WTO: Serious Jobs Impact In Developing Countries
WTO Ministerial: Serious Jobs Impact In Developing Countries
Brussels, 24 July 2008: As negotiations intensify at the World Trade Organisation (WTO) aiming for a final deal to conclude seven years of negotiations in the Doha Round, the ITUC has criticised the pressure on developing countries to make disproportionate commitments, in particular in the "NAMA" (non-agricultural market access) negotiations on manufactured goods.
"At a time when governments everywhere are committing to decent work, our affiliates in developing countries are warning that millions of their members face the risk of losing their jobs with grave consequences for their families and for the economic future of their countries. Developing countries are being pressured into giving up industrial potential, in stark contrast to the protections that would be kept by developed-country agriculture," said ITUC General Secretary Guy Ryder.
Trade unionists from the "NAMA 11" group of developing countries that stand to be particularly affected by the negotiations (currently comprising Argentina, Brazil, Venezuela, Egypt, India, Indonesia, Namibia, Tunisia, Philippines and South Africa), and from other developing countries, are in Geneva this week to lobby against a deal that threatens their members' jobs and their countries' development.
"If we sign this agreement, Argentina could lose 200,000 jobs," warned Ruben Cortina from CGT, Argentina. The representative of the trade union institute Observatorio Social in Brazil, Felipe Saboya stated that, "the last time Brazil made significant tariff cuts, we lost 1.3 million jobs. Since then we have started recovering, but all the gains of the past few years could be significantly threatened."
The ITUC is particularly alarmed at the newly proposed anti-concentration clause, which would further restrict the way in which developing countries can use their "flexibilities" to exempt certain sensitive industries, which were already inadequate. Further restricting them could create serious difficulties for the capacity of developing countries to protect their industries, employment and the policy space for future industrial development, in total contradiction to the aspirations of a "development round". This would add pressure for low-wage competition between developing countries, with negative impacts on fundamental labour and environmental standards.
ITUC projections show that the current proposals are likely to impact hardest in the textiles sector, and also have effects across a wide range of manufacturing employment. As many as 650,000 workers are employed in sectors facing tariff cuts in South Africa, with some 500,000 each in India and Indonesia.
Based on the coefficients that are being proposed, applied tariff rates in South Africa would be cut by between 30% and 60%, causing problems for the workers in sectors such as textiles and clothing, leather, footwear, plastic, rubber, wood, automobile, chemicals, machinery, furniture and metals.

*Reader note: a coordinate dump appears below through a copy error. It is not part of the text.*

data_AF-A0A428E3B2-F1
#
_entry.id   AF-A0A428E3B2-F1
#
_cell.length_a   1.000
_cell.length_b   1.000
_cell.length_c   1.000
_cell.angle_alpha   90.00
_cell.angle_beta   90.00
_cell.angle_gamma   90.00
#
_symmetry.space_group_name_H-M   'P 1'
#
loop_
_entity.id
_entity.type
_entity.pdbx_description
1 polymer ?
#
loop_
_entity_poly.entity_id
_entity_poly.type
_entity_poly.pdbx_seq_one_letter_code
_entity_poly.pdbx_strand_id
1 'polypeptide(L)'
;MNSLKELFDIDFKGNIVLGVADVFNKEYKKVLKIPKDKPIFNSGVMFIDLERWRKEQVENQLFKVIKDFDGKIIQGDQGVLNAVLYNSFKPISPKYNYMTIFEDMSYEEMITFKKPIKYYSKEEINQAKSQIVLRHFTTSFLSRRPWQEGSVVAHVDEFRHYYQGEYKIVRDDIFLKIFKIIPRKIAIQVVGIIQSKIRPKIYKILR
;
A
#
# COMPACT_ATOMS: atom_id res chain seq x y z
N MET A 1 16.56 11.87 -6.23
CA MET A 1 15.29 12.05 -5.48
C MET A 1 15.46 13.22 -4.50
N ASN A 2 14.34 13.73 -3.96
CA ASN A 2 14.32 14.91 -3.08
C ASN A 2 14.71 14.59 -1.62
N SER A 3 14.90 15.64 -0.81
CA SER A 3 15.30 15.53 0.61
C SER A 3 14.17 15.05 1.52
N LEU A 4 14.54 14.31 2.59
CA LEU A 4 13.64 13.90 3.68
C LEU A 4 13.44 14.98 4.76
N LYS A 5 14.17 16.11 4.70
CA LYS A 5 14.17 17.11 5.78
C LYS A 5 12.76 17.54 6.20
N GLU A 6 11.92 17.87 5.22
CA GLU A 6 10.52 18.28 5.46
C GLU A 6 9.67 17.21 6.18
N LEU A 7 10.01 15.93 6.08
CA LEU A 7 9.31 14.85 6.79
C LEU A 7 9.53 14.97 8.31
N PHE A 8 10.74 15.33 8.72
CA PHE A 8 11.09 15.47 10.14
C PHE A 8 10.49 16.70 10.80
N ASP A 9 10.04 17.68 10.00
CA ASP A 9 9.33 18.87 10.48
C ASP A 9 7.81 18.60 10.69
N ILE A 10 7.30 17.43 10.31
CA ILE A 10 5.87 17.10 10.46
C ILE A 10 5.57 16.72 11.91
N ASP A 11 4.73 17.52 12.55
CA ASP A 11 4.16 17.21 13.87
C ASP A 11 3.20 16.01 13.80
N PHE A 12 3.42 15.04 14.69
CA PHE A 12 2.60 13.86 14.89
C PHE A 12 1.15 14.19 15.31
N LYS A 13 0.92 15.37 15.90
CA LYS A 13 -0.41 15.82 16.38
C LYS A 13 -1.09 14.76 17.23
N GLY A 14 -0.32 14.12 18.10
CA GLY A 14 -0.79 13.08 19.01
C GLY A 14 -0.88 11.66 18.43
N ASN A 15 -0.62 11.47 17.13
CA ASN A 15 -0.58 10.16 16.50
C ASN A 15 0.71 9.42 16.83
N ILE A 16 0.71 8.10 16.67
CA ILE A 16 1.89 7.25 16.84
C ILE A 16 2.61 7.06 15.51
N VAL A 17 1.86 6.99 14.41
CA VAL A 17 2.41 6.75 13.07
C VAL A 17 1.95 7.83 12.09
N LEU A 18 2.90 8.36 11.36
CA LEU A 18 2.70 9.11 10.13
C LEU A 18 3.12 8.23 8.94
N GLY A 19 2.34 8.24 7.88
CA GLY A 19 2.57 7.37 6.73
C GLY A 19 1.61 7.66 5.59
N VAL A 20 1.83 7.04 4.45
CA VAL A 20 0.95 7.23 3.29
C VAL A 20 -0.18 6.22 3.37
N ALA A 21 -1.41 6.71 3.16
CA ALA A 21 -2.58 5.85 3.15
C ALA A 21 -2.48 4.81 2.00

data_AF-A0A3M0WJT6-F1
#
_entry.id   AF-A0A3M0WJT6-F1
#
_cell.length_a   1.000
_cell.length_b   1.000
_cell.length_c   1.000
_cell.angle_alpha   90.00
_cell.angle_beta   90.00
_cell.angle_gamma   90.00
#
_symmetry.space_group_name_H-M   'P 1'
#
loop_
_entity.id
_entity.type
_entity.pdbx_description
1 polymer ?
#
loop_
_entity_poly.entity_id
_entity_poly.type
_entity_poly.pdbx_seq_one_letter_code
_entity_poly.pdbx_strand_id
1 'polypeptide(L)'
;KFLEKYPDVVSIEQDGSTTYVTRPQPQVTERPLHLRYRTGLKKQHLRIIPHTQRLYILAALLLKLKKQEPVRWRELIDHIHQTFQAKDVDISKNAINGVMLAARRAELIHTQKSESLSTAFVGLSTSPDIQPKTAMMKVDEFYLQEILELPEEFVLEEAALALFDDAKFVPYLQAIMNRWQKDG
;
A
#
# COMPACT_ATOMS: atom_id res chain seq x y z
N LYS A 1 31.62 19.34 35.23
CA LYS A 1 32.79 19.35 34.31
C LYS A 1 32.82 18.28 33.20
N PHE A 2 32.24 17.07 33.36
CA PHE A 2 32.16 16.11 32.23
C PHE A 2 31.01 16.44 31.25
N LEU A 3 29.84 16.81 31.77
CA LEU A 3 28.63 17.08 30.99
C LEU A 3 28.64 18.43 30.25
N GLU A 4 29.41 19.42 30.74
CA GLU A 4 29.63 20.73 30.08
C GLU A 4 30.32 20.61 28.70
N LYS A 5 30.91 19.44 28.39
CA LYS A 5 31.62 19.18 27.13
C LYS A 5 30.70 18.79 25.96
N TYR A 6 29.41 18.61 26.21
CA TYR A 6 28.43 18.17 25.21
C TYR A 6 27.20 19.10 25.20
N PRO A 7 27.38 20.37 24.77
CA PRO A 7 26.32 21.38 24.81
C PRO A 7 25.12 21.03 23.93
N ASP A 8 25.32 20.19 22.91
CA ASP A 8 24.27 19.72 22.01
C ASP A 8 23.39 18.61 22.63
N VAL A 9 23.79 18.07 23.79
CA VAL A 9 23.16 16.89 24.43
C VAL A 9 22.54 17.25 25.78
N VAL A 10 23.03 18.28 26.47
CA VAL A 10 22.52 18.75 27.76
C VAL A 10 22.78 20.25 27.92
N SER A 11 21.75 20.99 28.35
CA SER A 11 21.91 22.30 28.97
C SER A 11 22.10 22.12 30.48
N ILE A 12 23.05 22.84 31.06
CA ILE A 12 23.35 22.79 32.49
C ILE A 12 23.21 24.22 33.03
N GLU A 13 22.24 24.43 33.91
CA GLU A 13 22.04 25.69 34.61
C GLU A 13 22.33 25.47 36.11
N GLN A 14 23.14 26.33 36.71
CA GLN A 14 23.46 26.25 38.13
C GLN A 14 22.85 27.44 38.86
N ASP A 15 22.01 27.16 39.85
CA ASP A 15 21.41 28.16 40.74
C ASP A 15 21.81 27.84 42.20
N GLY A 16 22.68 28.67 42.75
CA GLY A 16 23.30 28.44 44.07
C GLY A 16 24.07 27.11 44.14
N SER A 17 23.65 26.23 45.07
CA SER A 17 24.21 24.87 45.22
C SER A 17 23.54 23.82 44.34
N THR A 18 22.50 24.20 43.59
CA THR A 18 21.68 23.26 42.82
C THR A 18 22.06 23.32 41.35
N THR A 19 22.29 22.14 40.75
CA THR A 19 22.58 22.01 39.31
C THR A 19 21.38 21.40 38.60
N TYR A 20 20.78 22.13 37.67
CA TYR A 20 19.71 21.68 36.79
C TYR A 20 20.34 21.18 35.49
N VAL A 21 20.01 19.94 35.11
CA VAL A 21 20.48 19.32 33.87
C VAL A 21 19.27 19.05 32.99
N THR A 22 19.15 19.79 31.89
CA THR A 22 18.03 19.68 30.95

"If our countries accept what is on the table it will cause a serious employment crisis," warned COSATU's Rudi Dicks. "The pressure that is being put on the South African government will ultimately be borne by our workers and our members."
In Argentina and Brazil the picture is the same, as the proposed coefficients would lead to real tariff cuts of between 20 and 50%. Metals, furniture, automobiles, textiles, clothing, leather and footwear would be particularly affected, with the potential for the loss of over 1.2 million formal jobs in Brazil and over 150,000 in Argentina.
In Indonesia, the Philippines and India, it would mainly be clothing and automobile and transport equipment that would bear the brunt of tariff cuts, with over half a million formal jobs at in play in India and Indonesia and some 400,000 in the Philippines. Although there are fewer sectors directly concerned, the high cuts in bound tariffs would put a straightjacket on future industrial development in these countries, and the "anti-concentration" clause that is on the table would not allow them to protect jobs in the sectors that are affected.
Another NAMA 11 country that would be severely affected is Tunisia, with direct tariff cuts of between 30 and 70% in sectors like textiles, clothing, leather, footwear, metals, rubber, wood and automobiles that could affect 150,000 workers.
Even countries that are not part of the NAMA 11 group would face difficulties, and trade unionists from these countries too are concerned about the proposals on the table, as they fear both job losses and also future developmental constraints. These countries include, for example, Mexico, Peru, Colombia, Costa Rica and Chile. In particular Mexico, Colombia and Peru could face some direct impacts, with 135,000 jobs concerned in Colombia, over 100,000 in Peru and 1.5 million in Mexico.
"The ITUC calls upon all Ministers and negotiators to bring the development dimension back to the table," said Guy Ryder. "Developed countries need to end agricultural trade practices such as export subsidies that undermine production in developing countries, without making extreme demands on developing countries in the NAMA talks. Developing countries need to be able to sustain employment and to retain the policy space they need in order to be able to achieve development."
The ITUC represents 168 million workers in 155 countries and territories and has 311 national affiliates. Website: http://www.ituc-csi.org